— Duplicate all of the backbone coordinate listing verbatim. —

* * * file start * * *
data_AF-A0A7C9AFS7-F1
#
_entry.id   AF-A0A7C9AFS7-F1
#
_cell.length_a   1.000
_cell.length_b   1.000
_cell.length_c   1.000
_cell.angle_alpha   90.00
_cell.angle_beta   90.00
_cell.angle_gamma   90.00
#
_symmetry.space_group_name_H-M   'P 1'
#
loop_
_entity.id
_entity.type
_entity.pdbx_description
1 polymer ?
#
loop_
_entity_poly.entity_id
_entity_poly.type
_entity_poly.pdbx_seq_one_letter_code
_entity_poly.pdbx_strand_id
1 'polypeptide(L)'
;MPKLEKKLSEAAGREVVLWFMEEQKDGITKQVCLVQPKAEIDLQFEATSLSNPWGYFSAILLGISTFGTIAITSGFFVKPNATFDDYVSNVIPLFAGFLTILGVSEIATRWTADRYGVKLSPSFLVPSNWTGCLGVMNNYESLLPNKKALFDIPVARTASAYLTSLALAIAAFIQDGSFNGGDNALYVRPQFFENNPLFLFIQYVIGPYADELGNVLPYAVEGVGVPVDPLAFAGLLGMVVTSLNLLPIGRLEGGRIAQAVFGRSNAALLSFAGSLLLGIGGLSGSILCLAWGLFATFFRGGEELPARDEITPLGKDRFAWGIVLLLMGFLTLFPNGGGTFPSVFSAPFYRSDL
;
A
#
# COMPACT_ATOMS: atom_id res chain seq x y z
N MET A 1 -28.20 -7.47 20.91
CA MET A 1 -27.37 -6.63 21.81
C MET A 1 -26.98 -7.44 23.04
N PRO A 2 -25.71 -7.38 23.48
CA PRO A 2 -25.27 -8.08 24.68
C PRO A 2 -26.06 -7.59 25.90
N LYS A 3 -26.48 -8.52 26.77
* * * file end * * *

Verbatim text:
data_AF-A0A7C9AFS7-F1
#
_entry.id   AF-A0A7C9AFS7-F1
#
_cell.length_a   1.000
_cell.length_b   1.000
_cell.length_c   1.000
_cell.angle_alpha   90.00
_cell.angle_beta   90.00
_cell.angle_gamma   90.00
#
_symmetry.space_group_name_H-M   'P 1'
#
loop_
_entity.id
_entity.type
_entity.pdbx_description
1 polymer ?
#
loop_
_entity_poly.entity_id
_entity_poly.type
_entity_poly.pdbx_seq_one_letter_code
_entity_poly.pdbx_strand_id
1 'polypeptide(L)'
;MPKLEKKLSEAAGREVVLWFMEEQKDGITKQVCLVQPKAEIDLQFEATSLSNPWGYFSAILLGISTFGTIAITSGFFVKPNATFDDYVSNVIPLFAGFLTILGVSEIATRWTADRYGVKLSPSFLVPSNWTGCLGVMNNYESLLPNKKALFDIPVARTASAYLTSLALAIAAFIQDGSFNGGDNALYVRPQFFENNPLFLFIQYVIGPYADELGNVLPYAVEGVGVPVDPLAFAGLLGMVVTSLNLLPIGRLEGGRIAQAVFGRSNAALLSFAGSLLLGIGGLSGSILCLAWGLFATFFRGGEELPARDEITPLGKDRFAWGIVLLLMGFLTLFPNGGGTFPSVFSAPFYRSDL
;
A
#
# COMPACT_ATOMS: atom_id res chain seq x y z
N MET A 1 -28.20 -7.47 20.91
CA MET A 1 -27.37 -6.63 21.81
C MET A 1 -26.98 -7.44 23.04
N PRO A 2 -25.71 -7.38 23.48
CA PRO A 2 -25.27 -8.08 24.68
C PRO A 2 -26.06 -7.59 25.90
N LYS A 3 -26.48 -8.52 26.77